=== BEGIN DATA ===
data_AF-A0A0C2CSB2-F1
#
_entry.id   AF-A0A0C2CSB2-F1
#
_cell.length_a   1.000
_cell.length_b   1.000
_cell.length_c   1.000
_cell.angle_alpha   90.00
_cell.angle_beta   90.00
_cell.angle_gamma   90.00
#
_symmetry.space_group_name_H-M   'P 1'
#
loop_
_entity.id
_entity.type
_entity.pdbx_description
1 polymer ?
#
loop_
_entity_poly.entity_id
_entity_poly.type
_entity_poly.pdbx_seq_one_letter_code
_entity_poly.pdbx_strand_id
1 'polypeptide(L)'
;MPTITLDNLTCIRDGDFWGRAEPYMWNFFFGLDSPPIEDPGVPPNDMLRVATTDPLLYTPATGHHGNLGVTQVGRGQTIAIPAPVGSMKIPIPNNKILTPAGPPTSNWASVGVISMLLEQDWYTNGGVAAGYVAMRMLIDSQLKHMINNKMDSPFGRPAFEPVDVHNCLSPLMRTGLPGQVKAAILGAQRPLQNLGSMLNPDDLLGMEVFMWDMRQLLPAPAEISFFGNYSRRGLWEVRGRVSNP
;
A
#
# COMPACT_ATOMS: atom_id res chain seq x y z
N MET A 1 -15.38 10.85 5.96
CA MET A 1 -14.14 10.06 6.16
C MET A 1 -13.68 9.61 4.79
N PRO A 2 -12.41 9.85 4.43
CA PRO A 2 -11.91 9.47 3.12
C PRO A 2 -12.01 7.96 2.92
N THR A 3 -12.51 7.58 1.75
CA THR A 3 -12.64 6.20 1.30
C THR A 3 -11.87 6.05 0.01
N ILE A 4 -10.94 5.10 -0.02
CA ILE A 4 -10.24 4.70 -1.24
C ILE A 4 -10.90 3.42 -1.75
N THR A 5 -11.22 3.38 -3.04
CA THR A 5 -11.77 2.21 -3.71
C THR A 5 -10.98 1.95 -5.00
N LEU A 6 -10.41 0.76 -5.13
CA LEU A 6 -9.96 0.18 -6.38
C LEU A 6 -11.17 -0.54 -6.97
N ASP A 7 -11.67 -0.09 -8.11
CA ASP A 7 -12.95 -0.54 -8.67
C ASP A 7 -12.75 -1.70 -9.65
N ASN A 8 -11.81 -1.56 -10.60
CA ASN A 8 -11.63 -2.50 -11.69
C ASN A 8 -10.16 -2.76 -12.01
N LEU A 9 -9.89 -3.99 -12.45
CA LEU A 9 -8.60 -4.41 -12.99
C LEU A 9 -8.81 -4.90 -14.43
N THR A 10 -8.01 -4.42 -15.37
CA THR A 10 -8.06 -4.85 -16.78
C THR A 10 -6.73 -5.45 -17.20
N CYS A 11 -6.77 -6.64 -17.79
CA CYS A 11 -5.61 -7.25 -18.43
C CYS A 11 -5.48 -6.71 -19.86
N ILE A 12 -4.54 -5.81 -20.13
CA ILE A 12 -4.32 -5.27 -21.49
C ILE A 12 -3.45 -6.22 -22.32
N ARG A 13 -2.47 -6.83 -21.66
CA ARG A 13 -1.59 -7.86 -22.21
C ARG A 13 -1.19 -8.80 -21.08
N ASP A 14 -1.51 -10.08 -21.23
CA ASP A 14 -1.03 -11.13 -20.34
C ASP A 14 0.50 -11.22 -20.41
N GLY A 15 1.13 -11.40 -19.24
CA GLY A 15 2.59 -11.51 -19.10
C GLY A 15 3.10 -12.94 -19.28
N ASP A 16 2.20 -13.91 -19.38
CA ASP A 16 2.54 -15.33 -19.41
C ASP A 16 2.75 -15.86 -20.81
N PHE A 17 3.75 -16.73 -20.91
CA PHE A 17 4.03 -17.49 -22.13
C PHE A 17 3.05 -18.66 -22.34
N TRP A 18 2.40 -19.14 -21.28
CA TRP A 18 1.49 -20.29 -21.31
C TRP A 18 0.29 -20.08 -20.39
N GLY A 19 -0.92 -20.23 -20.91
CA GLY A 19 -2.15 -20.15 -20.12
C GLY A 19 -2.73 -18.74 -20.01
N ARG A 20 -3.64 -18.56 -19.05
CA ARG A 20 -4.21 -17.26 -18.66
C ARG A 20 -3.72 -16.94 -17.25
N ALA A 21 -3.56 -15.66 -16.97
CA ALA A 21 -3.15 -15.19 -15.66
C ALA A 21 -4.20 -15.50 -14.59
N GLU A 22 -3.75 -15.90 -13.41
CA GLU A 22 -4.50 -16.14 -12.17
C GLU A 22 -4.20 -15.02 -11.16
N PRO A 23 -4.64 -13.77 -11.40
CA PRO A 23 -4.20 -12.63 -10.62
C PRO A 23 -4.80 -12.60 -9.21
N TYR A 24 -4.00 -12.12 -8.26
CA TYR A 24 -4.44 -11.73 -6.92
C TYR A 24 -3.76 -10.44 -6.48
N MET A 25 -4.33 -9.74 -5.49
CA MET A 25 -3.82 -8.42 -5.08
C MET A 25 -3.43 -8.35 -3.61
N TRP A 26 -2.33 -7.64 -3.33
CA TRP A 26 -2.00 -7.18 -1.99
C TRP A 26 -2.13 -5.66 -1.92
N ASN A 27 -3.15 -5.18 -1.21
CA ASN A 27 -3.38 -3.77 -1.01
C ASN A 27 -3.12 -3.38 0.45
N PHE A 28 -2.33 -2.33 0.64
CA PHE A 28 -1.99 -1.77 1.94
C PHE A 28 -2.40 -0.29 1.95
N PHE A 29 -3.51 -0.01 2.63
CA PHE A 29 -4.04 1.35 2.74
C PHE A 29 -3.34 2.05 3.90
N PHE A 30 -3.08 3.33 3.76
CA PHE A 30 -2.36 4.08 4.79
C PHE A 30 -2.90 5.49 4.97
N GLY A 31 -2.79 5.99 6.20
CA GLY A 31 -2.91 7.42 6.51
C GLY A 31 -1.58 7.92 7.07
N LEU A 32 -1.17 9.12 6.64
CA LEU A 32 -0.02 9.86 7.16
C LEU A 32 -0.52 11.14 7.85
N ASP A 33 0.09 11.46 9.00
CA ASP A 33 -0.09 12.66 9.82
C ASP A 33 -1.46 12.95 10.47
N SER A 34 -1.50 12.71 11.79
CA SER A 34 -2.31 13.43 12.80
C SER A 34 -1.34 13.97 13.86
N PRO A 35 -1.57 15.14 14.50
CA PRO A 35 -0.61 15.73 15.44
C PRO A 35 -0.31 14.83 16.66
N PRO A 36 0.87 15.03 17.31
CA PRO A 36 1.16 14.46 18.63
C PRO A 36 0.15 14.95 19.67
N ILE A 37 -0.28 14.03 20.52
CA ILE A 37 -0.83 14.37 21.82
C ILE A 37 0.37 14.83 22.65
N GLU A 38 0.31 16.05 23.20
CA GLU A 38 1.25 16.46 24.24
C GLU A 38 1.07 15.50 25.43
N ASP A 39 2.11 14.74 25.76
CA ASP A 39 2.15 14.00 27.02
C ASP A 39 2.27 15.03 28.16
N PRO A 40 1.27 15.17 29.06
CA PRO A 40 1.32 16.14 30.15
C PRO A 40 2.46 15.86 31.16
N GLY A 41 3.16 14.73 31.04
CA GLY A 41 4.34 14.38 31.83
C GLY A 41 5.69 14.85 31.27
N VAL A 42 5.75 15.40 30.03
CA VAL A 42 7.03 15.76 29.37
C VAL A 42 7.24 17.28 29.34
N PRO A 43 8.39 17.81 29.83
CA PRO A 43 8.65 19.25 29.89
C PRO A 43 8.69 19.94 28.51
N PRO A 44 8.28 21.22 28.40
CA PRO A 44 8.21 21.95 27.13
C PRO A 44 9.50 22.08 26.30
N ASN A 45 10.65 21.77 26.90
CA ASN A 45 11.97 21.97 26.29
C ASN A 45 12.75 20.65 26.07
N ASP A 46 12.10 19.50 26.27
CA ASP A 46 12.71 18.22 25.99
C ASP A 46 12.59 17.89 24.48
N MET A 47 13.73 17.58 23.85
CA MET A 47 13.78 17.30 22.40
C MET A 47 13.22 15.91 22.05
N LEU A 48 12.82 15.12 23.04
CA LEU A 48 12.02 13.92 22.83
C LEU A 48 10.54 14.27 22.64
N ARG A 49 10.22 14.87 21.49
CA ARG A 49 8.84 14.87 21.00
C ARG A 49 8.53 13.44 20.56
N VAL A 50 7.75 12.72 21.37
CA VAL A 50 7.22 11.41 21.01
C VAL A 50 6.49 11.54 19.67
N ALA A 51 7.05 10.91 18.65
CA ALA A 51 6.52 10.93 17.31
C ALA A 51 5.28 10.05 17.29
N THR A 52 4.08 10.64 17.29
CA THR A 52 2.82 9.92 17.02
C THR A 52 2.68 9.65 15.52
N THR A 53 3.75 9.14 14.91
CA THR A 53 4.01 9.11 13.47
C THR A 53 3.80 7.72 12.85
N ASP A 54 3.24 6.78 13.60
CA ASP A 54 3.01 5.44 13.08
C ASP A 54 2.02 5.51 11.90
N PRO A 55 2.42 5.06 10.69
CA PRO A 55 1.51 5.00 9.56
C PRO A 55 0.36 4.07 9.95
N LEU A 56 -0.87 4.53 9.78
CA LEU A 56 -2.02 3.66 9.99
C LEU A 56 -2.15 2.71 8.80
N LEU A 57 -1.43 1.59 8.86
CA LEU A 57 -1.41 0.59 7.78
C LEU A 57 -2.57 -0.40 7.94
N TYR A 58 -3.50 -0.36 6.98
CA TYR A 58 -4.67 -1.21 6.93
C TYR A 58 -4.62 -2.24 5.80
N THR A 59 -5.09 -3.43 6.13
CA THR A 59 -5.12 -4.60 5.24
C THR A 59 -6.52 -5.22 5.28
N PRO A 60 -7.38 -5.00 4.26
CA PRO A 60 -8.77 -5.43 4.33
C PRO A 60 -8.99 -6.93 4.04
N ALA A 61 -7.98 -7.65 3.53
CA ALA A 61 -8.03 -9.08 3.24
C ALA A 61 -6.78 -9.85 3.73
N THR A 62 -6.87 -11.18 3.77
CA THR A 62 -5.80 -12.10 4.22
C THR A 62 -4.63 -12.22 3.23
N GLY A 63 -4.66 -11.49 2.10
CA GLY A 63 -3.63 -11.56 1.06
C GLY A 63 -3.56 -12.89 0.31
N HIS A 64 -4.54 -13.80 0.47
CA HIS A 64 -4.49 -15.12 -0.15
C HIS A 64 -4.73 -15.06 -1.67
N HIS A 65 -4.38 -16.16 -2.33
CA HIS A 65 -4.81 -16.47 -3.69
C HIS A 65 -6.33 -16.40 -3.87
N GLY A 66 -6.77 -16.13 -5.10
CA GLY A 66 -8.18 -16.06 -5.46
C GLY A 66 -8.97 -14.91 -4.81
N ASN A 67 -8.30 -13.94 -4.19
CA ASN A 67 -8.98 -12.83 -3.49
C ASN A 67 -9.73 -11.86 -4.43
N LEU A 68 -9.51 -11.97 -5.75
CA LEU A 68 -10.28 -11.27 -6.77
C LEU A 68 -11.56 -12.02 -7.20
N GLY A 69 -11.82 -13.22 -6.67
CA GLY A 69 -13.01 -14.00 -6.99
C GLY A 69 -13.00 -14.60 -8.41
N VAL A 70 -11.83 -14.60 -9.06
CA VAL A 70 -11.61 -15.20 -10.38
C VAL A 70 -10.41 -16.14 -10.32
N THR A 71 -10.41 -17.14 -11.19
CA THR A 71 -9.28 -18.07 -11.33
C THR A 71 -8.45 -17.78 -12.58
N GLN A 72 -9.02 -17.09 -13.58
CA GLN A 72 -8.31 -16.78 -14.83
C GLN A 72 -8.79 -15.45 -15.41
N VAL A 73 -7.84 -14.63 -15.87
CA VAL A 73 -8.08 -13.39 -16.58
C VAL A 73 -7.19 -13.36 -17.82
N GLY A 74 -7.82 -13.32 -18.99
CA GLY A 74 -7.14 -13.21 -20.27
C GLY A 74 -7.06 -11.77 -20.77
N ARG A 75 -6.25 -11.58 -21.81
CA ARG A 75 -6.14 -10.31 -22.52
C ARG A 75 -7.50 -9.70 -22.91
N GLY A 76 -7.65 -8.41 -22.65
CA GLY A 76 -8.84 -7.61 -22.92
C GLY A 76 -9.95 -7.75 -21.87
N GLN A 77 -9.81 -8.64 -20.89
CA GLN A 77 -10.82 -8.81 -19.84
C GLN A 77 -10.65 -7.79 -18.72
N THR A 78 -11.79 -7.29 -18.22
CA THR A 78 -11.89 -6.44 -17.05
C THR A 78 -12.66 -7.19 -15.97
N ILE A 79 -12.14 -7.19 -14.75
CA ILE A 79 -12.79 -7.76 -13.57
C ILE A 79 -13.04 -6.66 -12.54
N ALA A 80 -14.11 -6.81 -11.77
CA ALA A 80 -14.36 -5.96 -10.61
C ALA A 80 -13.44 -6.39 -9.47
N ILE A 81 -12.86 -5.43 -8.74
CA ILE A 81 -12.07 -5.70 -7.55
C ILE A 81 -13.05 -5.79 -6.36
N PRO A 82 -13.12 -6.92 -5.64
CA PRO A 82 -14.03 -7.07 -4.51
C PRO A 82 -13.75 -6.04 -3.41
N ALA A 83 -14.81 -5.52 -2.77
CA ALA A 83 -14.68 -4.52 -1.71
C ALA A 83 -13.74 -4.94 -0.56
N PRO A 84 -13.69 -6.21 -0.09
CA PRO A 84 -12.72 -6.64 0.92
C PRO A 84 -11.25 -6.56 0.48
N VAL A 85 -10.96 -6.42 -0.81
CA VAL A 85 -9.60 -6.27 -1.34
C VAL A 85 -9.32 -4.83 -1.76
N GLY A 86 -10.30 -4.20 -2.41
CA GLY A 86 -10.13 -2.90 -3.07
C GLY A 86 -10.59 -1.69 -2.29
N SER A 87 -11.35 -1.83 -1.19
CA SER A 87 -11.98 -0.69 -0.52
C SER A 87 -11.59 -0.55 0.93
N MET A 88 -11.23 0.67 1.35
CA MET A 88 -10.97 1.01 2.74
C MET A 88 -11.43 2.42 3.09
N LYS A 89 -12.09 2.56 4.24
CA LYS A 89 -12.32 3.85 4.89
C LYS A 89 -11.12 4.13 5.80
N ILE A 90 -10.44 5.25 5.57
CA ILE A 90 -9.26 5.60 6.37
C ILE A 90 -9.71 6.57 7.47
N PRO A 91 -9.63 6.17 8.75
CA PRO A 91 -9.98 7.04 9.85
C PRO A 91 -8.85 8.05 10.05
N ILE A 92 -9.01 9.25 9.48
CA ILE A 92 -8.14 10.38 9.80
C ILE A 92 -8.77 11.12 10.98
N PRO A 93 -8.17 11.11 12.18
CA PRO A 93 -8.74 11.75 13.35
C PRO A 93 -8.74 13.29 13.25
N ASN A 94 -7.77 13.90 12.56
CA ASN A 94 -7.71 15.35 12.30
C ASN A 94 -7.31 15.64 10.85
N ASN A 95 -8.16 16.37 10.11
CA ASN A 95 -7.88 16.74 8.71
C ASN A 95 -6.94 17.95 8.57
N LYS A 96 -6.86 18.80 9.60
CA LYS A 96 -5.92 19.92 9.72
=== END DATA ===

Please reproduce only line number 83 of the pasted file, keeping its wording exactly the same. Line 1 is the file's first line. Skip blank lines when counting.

CA TRP A 18 1.49 -20.29 -21.31